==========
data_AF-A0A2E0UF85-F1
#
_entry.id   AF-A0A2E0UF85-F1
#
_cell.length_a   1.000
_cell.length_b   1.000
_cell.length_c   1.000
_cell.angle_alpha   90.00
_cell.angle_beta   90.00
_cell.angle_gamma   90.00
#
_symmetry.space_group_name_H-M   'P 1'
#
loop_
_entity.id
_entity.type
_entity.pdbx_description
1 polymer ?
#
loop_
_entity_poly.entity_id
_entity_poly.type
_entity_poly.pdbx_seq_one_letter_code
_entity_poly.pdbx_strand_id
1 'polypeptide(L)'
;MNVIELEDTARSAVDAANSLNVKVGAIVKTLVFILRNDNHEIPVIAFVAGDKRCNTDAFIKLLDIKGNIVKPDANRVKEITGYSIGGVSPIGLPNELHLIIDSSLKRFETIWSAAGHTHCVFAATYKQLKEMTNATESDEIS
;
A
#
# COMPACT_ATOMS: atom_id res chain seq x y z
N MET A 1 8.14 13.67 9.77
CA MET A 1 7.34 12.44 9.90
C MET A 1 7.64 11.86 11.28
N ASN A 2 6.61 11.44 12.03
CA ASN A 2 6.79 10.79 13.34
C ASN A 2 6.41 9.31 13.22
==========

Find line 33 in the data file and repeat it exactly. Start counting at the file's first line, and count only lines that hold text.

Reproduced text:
C MET A 1 7.64 11.86 11.28